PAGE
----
Manning Regional Healthcare Center

A Colonoscopy Could Save Your Life

Did you know that symptoms are not always present in those with colorectal cancer? In recognition of Colorectal Cancer Awareness Month, Manning Regional Healthcare Center wants to remind those over 50 to receive regular screenings to help protect against colorectal cancer.

“Colorectal cancer isn’t just a disease that affects people over the age of 50,” said Dr. Douglas McLaws, family physician at Manning Regional Healthcare Center. “It doesn’t discriminate between men or women and unfortunately rates have been steadily increasing in younger adults.”

McLaws says the reality is that colorectal cancer – cancer that starts in the colon or rectum – is the third most commonly diagnosed cancer and the second leading cause of cancer death in men and women combined in the United States. This type of cancer is, however, one of the most preventable and treatable types of cancer. The Colorectal Cancer Alliance notes that the five-year survival rate for colorectal cancer found at the early stage is 90 percent, compared to 14 percent for colorectal cancer found at late stages.

“As with any cancer, early detection is key,” said Dr. McLaws. “That’s why screening tests such as colonoscopies are so critical. We recommend all adults between the ages of 50 and 75 to be screened regularly.”

Colonoscopies can help identify cancer early, allow for more effective treatment as well as detect abnormal growths or polyps which, if not removed, can become cancerous. These screenings are vital as colorectal cancer almost always develops from these polyps. Those who have diseases such as Crohn’s or have a family history of colorectal polyps or cancer should talk to their doctor about being tested earlier.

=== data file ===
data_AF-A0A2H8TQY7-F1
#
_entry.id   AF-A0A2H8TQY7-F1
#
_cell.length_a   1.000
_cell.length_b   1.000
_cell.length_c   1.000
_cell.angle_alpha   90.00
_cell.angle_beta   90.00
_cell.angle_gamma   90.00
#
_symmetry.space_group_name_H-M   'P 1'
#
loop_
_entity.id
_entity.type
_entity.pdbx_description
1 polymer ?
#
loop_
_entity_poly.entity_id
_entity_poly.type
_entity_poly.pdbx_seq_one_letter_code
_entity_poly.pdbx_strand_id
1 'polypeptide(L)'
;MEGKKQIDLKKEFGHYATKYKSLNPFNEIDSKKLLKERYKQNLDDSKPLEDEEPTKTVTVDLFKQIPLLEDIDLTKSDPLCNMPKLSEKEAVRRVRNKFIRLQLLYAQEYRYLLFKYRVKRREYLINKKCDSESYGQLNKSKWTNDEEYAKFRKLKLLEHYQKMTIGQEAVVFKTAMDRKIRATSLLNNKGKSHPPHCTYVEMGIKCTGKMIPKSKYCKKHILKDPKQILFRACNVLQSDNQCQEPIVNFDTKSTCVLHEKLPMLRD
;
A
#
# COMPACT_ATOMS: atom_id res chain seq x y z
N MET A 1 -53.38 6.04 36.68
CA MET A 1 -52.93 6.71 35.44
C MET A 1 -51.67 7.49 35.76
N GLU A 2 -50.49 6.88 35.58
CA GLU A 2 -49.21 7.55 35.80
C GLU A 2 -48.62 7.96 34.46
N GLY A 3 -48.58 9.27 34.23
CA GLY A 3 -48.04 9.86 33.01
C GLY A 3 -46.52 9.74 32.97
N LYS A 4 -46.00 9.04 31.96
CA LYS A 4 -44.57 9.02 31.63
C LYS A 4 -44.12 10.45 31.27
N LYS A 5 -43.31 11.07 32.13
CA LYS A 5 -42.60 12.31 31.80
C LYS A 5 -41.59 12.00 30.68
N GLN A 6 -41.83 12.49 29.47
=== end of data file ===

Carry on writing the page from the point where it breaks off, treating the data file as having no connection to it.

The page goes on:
Dr. McLaws, along with MRHC’s general surgeon, regularly provide colonoscopies at MRHC. The procedure lasts about 30 minutes and patients will need someone to drive them home afterward. McLaws explains many people don’t realize that during a colonoscopy, the physician cannot only identify pre-cancerous or cancerous polyps (abnormal growths) but can also remove them during the procedure. This means a potential diagnosis – and cure – can occur at the same time.

“We understand the prep for a colonoscopy can be uncomfortable, but the result of the procedure could allow you to prevent the onset of cancer or begin a treatable and beatable regimen if a diagnosis is made,” said Dr. McLaws.

To schedule a colonoscopy at Manning Regional or talk to one of our trusted experts about colorectal cancer and determine which screening is right for you, please call 655-2072.

 

What are the Symptoms?

According to the Centers for Disease Control and Prevention, symptoms of colorectal cancer include:

  • Blood in or on your stool (bowel movement)
  • Stomach pains, aches or camps that don’t go away
  • Losing weight and you don’t know why

If you have any of these symptoms, talk to your doctor to help determine the cause. For an appointment contact us at (712) 655-2072.

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